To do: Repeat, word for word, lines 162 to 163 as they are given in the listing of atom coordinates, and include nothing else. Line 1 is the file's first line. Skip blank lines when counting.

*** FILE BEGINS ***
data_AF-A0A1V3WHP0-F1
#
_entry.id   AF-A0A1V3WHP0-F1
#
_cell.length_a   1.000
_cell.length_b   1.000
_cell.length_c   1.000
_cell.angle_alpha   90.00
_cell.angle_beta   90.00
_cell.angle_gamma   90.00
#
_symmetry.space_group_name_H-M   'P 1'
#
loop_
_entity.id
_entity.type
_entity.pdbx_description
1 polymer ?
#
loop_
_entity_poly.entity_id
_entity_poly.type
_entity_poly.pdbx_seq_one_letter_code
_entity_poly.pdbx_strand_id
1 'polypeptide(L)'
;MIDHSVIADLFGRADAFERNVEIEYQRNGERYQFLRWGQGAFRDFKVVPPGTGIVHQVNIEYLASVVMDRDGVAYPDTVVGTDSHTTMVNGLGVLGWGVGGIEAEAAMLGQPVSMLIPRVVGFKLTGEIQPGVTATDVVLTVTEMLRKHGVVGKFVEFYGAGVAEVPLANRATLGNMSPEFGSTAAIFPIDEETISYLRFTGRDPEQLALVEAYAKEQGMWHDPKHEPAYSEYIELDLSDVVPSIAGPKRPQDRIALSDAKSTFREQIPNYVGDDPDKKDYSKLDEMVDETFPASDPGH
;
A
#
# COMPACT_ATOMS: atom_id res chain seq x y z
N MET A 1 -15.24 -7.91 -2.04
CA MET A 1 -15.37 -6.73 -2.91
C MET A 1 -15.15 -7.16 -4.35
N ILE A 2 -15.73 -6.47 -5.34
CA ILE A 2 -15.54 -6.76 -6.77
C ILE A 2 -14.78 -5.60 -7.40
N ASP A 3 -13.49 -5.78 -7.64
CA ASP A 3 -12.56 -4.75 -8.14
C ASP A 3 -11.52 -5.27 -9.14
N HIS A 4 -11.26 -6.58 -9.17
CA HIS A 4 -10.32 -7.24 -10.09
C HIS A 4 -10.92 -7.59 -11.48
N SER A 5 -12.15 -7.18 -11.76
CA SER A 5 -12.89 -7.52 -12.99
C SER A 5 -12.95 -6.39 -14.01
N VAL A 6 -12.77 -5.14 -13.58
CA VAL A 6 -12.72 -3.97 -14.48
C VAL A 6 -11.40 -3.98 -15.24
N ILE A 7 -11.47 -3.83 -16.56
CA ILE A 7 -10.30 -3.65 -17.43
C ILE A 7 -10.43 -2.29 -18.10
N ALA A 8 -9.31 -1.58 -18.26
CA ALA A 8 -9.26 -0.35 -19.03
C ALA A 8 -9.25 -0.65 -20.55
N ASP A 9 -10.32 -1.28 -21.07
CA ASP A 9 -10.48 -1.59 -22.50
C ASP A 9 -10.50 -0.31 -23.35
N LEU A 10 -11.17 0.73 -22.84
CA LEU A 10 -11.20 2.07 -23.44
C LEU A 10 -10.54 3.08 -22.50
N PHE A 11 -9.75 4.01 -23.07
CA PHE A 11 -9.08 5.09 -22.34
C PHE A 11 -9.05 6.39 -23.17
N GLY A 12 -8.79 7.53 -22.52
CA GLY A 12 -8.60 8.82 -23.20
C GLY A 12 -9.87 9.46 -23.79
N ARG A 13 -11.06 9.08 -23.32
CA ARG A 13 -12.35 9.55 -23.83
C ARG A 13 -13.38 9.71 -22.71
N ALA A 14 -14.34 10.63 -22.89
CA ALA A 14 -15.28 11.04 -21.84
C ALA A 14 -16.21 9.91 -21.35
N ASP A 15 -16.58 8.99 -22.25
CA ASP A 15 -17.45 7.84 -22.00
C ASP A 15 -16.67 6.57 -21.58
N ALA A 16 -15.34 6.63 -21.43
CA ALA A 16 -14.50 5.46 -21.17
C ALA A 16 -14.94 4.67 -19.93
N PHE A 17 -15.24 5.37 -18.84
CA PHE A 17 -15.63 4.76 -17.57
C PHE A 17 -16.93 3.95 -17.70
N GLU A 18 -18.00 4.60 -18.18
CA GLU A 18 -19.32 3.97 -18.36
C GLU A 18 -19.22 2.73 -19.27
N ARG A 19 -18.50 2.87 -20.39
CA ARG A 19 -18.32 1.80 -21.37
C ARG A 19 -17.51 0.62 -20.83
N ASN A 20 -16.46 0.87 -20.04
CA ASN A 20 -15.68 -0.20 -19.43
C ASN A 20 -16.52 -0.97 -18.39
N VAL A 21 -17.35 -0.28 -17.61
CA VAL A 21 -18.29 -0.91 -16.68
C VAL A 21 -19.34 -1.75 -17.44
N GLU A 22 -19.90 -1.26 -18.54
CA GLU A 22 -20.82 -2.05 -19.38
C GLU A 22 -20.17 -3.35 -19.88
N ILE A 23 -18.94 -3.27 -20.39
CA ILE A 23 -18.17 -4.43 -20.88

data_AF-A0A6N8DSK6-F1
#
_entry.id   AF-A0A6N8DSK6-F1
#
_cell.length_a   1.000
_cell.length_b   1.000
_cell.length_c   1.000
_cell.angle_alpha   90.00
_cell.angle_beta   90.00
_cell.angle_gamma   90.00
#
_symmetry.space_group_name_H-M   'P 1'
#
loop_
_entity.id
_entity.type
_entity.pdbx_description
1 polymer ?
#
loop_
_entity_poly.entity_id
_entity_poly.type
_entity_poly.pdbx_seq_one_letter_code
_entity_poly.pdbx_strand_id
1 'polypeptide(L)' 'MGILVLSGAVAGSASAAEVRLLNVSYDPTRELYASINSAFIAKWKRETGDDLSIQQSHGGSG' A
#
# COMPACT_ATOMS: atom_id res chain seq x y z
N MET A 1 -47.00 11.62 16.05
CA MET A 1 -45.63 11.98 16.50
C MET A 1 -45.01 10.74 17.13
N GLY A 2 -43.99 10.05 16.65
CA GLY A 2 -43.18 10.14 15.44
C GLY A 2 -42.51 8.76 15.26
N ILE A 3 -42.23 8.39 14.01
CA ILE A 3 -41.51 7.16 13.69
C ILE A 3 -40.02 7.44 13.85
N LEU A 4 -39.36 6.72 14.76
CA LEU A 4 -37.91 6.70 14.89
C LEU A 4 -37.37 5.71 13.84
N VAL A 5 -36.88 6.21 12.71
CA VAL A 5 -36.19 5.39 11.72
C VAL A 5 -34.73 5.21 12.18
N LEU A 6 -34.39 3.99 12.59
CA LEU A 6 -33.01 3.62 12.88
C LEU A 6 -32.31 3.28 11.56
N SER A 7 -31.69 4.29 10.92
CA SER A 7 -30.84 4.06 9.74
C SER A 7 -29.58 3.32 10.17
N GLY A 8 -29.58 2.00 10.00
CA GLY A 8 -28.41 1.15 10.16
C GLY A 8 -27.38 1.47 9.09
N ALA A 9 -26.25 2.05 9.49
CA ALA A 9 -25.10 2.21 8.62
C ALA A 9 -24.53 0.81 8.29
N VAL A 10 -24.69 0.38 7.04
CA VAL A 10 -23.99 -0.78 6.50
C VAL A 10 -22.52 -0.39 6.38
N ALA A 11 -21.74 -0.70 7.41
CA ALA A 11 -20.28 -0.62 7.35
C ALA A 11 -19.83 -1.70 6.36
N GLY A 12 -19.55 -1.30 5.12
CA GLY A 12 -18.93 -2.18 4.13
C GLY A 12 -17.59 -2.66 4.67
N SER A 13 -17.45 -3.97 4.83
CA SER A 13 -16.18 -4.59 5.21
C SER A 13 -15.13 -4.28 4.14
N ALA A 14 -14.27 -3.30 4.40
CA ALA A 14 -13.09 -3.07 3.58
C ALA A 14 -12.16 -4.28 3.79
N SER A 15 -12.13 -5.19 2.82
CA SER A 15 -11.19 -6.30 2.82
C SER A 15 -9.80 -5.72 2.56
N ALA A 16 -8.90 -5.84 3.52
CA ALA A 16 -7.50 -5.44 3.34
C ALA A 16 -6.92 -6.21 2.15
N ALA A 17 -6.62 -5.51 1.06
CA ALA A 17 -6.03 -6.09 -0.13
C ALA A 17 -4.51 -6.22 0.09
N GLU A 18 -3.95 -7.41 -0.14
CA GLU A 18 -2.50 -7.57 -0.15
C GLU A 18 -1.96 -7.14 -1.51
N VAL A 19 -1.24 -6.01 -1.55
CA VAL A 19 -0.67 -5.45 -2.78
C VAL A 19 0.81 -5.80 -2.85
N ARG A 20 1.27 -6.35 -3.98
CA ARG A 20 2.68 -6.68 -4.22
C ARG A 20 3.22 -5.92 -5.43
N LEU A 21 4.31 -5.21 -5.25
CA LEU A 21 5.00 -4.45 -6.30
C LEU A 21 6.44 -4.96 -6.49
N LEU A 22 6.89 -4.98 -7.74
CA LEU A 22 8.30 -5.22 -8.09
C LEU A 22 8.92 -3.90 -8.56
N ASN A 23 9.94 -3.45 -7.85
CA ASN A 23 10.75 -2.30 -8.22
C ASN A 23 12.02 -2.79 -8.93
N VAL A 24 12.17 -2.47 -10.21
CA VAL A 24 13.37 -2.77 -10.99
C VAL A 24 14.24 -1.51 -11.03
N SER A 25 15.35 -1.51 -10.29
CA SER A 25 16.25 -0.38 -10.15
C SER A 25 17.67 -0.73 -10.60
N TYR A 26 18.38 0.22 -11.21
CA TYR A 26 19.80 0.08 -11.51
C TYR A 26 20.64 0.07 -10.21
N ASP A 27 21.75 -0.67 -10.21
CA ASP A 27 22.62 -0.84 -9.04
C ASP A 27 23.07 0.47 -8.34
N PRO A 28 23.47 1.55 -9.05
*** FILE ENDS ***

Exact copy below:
N SER A 13 -17.45 -3.97 4.83
CA SER A 13 -16.18 -4.59 5.21